When you develop a large-scale service, in many cases, the actual bottleneck is strain on the database. These instructions explain how to tune up your MySQL database for better performance, assuming you are using MySQL version 5.1.58.
Below is the following workflow:
- Specify the bottleneck by logging slow queries
- Tune up
1. How to enable slow query logging
To enable the mysql slow query log, add the following description to your “my.cnf” file.
The above settings log all queries that take three seconds or more (the time is specified by the “long_query_time” option) into a file named “varlogslow.log”. Based on the log data, you can tune up your MySQL settings.
The tune-up can be categorized into the following three methods.
- Query optimization
- Optimize system variables
- Add peripheral devices
2-1. Query optimization
Let’s review your queries first. The basic principle to optimize queries is “Never get more than you need”. Although the definition of optimized queries will vary depending on different systems, you will need to keep in mind for better performance:
- Limit queries properly
- Not to use “select”
2-2. Optimize system variables
You can get information on the values of MySQL system variables by
entering the following command in the MySQL console:
mysql > SHOW VARIABLES;
You can also change the value of a particular variable by entering the following command:
mysql > SET GLOBAL (variable) = (value);
Here is a list of variables and their recommended values that you might want to review when tuning up your system.
The buffer memory size to store indexes. Approximately 256MB will be appropriate since MyISAM uses the OS cache as well.
Example) mysqlset global key_buffer_size = 268435456
The buffer pool size used for InnnoDB.
InnnoDB does not use the OS cache, so you may set this to 70-80% of the entire memory space.
The size of the table cache. Adjustment of this parameter is effective in reducing I/O transaction time. I would recommend 1024 for a table of hundreds of lines.
The cache size of server threads. You might as well set it to at least 16 because creating or deleting a thread places a lot of burden on the system.
The size of each log file. Increasing the value improves performance, however it also slows down recovery. I suggest the value should be set somewhere between 64 and 512MB.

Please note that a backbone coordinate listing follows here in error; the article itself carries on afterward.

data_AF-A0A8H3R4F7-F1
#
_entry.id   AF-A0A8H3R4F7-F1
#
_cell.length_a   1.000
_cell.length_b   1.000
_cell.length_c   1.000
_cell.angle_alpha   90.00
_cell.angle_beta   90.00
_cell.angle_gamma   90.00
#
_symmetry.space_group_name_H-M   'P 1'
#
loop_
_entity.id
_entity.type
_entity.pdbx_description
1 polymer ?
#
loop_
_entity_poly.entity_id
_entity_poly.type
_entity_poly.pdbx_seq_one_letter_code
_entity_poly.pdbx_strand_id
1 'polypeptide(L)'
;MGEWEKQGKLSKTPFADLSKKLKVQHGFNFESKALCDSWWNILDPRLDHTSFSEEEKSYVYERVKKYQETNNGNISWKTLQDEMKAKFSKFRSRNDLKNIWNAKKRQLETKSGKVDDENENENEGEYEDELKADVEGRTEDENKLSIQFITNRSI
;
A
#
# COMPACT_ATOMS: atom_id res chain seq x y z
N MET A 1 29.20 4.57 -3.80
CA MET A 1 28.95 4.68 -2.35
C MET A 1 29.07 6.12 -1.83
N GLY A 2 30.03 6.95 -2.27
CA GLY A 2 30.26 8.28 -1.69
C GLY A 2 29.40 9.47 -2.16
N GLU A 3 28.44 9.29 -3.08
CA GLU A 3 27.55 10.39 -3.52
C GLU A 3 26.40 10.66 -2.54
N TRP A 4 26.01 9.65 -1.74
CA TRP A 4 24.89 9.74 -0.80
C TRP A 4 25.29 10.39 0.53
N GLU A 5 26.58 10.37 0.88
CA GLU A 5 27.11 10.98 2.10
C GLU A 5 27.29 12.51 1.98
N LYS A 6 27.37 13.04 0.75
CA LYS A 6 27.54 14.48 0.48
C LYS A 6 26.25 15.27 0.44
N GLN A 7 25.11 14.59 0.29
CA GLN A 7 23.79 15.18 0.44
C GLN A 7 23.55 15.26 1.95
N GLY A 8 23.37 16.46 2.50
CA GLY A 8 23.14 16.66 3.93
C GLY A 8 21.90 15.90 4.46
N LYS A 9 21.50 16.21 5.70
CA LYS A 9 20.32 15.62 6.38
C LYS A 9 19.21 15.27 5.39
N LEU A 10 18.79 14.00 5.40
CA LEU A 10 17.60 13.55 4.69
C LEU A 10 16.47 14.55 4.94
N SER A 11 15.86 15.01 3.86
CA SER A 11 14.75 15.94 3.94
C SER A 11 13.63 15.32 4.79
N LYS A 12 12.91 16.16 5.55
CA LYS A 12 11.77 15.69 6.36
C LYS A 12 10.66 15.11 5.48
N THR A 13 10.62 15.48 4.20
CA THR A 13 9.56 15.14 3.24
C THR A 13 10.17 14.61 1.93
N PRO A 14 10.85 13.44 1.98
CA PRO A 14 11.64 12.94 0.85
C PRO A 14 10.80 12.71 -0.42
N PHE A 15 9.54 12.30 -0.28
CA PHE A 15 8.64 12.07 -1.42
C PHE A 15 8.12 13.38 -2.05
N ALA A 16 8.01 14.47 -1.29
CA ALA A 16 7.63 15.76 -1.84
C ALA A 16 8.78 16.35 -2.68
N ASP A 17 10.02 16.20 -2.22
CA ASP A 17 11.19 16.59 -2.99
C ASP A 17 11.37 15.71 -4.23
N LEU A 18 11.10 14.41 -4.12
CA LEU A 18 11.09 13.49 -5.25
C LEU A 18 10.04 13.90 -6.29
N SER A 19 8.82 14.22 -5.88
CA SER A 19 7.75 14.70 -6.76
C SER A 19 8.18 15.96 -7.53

The buffer size of each log. The default will be sufficient and should not be increased too much.
The system gets extremely slow unless this setting is adjusted. This option determines where log files will be flushed – 1: to disk, 2: to memory, 0: not to be flushed anywhere. Set it to 2 to improve performance.
The largest possible buffer size to retain input data. Change this setting if the server needs to handle big data. 1MB will be sufficient.
This increases the query speed of “ORDER BY” and “GROUP BY”. You will not need to change the setting unless the system has large memory.
Queries that take more than the time set by this parameter are considered as slow query. It is common to set the value to 1.
The buffer for joins. 1MB will be sufficient.
The cache size for queries. A too large query cache will waste resources, slowing down updates. Set the parameter to a value between 32M and 512M depending on your database size.
2-3. Add peripheral devices
If the above-mentioned two methods did not have a significant effect, you can try an addition of peripheral devices (e.g., memory, hard disk).
Obtain server status information using “SHOW GLOBAL STATUS” or “EXPLAIN”. The best values of each variable largely depends on each system. Fine-tune for your own system.
4. Reference documents
This article was written with reference to the following book.
“High Performance MySQL” By Baron Schwartz, Peter Zaitsev, Vadim Tkachenko, Jeremy D. Zawodny, Arjen Lentz, Derek J. Balling, Publisher: O’Reilly Media